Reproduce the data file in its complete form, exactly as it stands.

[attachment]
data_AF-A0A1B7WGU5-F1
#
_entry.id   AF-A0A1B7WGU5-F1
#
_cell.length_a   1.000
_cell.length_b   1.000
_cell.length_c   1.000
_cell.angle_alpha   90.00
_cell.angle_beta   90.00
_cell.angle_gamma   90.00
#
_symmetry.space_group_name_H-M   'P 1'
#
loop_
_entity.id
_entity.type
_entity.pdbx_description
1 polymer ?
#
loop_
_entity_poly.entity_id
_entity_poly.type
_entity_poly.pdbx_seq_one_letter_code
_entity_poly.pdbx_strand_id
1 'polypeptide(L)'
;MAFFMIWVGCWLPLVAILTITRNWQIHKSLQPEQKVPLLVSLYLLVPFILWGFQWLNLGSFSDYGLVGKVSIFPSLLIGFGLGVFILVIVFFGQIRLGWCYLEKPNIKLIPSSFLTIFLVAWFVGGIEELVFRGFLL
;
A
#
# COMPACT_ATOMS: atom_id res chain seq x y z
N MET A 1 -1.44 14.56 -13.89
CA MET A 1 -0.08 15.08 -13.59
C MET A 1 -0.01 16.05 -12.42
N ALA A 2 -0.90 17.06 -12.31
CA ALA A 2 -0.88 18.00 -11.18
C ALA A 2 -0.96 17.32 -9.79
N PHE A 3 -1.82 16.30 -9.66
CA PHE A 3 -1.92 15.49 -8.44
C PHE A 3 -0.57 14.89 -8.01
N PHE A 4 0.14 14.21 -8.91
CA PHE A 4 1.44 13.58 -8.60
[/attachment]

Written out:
data_AF-A0A1B7WGU5-F1
#
_entry.id   AF-A0A1B7WGU5-F1
#
_cell.length_a   1.000
_cell.length_b   1.000
_cell.length_c   1.000
_cell.angle_alpha   90.00
_cell.angle_beta   90.00
_cell.angle_gamma   90.00
#
_symmetry.space_group_name_H-M   'P 1'
#
loop_
_entity.id
_entity.type
_entity.pdbx_description
1 polymer ?
#
loop_
_entity_poly.entity_id
_entity_poly.type
_entity_poly.pdbx_seq_one_letter_code
_entity_poly.pdbx_strand_id
1 'polypeptide(L)'
;MAFFMIWVGCWLPLVAILTITRNWQIHKSLQPEQKVPLLVSLYLLVPFILWGFQWLNLGSFSDYGLVGKVSIFPSLLIGFGLGVFILVIVFFGQIRLGWCYLEKPNIKLIPSSFLTIFLVAWFVGGIEELVFRGFLL
;
A
#
# COMPACT_ATOMS: atom_id res chain seq x y z
N MET A 1 -1.44 14.56 -13.89
CA MET A 1 -0.08 15.08 -13.59
C MET A 1 -0.01 16.05 -12.42
N ALA A 2 -0.90 17.06 -12.31
CA ALA A 2 -0.88 18.00 -11.18
C ALA A 2 -0.96 17.32 -9.79
N PHE A 3 -1.82 16.30 -9.66
CA PHE A 3 -1.92 15.49 -8.44
C PHE A 3 -0.57 14.89 -8.01
N PHE A 4 0.14 14.21 -8.91
CA PHE A 4 1.44 13.58 -8.60